Exposure can be a tough concept for some beginning photographers to grasp. In fact, given today’s advanced camera technology and the ability of most cameras to capture images that are correctly exposed on their own, even some people who have been shooting for awhile still don’t have a good understanding of exposure.
So I know what some of you might be thinking. The camera does it for me. My camera can figure out correct exposure. In fact, it does a pretty good job most of the time. So why should I bother to learn about exposure?
Here’s why. Because the “correct" exposure isn’t necessarily the right exposure.
Let me explain.
Exposure is the amount of light reaching your camera’s image sensor when you snap a photo. When we talk about “correct" exposure, we are talking about balancing the effects of three factors:
The Exposure Triangle is a graphical description of this relationship.
The thing to keep in mind when considering this relationship is that there is more than one combination of aperture, shutter speed and ISO that will correctly expose any photo. And each of these combinations will produce a “correctly" exposed photo, but each will also produce a different looking photo.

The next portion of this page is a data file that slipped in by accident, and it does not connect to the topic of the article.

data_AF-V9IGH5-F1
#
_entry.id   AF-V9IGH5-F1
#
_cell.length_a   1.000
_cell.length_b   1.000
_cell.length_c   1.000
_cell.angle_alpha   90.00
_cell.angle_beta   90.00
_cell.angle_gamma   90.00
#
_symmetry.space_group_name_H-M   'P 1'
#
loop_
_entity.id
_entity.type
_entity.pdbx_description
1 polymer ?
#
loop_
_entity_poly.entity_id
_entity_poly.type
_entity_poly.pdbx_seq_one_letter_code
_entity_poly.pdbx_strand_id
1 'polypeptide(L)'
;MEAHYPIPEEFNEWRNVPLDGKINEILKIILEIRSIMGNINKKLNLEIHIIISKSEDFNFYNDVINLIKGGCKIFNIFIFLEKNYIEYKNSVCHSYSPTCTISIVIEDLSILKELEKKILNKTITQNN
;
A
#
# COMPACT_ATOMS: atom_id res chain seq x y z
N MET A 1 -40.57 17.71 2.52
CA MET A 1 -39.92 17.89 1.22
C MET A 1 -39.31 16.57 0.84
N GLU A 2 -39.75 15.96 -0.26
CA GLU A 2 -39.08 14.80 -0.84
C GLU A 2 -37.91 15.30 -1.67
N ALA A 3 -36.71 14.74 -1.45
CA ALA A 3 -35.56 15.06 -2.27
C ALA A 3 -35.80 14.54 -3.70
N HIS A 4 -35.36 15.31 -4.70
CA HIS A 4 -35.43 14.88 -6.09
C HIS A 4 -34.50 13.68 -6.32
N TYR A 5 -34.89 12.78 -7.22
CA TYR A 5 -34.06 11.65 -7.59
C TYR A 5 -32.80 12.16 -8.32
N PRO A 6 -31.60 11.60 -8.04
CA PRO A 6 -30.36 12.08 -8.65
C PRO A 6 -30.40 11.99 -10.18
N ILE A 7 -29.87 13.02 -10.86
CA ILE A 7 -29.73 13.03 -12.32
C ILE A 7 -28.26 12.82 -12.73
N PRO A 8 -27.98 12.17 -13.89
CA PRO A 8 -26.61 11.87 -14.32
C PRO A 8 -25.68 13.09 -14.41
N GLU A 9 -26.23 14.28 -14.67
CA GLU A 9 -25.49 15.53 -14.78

So, when if comes to correct exposure, you have some choices. And each of them will have real consequences on the look of the image that you create.
For example, the two images below are properly exposed. But they look very different.
So if you want to get better as a photographer, it’s important to understand exposure and to get involved in the process.
If you're having a hard time understanding exposure concepts, I think the two videos below will help.
The second video, from Tony Northrup, expands on this by showing exposure concepts in action.
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For the last several posts, we have been talking about exposure and how we can use it to creatively change the look of our photos. And in our previous post, we looked at using the aperture settings to change the depth of field of an image.
n the last few weeks we have been talking about exposure and the settings that control it.
In this post, we’ll look at the aperture setting, another of the exposure controls, and see how you can use it to enhance your photos, direct focus onto your subject and give your images a sense of dimension.
In our last post, we talked about shutter speed and how it affects the way motion is portrayed in an image.